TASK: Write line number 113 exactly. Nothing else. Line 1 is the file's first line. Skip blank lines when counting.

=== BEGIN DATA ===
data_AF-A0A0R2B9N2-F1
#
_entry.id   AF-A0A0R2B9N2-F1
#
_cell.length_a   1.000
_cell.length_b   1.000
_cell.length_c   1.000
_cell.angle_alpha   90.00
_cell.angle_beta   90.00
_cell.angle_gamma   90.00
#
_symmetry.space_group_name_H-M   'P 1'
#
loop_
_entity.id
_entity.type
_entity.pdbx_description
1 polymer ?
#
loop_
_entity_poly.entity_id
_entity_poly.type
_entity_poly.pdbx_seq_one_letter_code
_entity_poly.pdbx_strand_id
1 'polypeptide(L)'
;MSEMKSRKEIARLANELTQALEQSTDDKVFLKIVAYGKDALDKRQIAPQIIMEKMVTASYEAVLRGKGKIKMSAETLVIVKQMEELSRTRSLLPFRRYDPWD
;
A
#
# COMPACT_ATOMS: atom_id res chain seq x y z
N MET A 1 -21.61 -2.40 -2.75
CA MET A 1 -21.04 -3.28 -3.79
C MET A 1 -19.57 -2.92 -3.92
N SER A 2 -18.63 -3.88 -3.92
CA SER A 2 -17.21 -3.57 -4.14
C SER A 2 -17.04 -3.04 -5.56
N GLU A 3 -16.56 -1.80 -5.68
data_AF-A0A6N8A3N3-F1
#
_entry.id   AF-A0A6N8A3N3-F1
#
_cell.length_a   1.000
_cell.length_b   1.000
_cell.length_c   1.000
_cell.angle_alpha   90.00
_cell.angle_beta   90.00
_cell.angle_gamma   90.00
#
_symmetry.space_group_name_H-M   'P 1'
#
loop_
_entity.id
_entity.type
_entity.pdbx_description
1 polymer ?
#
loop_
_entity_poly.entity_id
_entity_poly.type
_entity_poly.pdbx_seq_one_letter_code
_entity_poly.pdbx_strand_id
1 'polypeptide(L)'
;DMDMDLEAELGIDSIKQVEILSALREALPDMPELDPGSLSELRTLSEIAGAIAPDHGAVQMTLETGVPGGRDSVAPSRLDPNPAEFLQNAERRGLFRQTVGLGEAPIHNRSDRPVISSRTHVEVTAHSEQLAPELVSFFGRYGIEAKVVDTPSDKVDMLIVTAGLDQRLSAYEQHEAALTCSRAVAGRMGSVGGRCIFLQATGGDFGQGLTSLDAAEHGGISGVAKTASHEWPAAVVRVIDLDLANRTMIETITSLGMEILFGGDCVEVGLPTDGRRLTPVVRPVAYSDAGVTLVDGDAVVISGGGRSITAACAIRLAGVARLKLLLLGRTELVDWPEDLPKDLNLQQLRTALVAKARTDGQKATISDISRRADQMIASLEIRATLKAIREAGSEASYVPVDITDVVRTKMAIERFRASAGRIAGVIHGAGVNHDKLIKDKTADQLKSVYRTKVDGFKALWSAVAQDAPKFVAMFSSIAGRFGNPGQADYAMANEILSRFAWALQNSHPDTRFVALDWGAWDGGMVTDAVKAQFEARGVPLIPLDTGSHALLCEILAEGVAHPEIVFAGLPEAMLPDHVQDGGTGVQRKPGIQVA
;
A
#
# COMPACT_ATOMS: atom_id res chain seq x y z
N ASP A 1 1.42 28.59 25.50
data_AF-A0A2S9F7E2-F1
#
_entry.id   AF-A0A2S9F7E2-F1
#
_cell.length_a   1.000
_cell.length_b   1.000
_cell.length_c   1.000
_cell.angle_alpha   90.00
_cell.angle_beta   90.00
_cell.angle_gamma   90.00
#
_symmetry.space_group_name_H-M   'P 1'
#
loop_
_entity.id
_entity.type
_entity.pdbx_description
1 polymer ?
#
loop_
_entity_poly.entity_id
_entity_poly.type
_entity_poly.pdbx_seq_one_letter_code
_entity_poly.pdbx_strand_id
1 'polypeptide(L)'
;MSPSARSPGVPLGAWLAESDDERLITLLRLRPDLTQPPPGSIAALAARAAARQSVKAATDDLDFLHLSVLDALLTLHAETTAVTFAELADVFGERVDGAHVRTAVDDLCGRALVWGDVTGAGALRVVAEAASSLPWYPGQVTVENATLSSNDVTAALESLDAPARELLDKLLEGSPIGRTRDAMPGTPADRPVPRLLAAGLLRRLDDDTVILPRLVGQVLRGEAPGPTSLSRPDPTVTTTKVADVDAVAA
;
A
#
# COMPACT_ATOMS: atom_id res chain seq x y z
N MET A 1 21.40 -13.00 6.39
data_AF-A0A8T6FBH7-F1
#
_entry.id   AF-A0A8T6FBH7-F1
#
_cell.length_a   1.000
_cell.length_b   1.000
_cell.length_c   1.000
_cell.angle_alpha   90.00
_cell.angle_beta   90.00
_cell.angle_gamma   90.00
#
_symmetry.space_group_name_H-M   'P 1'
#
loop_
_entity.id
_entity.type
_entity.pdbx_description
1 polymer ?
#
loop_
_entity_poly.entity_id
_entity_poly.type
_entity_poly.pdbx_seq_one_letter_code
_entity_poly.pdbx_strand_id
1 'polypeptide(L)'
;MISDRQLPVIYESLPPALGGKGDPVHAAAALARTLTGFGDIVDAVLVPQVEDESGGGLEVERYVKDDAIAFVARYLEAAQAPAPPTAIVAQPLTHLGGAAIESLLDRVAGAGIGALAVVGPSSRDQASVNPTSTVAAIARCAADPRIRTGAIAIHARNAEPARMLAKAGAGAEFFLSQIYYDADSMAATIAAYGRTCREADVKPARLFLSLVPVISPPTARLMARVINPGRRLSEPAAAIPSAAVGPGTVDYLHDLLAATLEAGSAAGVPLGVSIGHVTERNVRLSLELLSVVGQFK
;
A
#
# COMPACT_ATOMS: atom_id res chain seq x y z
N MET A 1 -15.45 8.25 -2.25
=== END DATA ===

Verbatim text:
loop_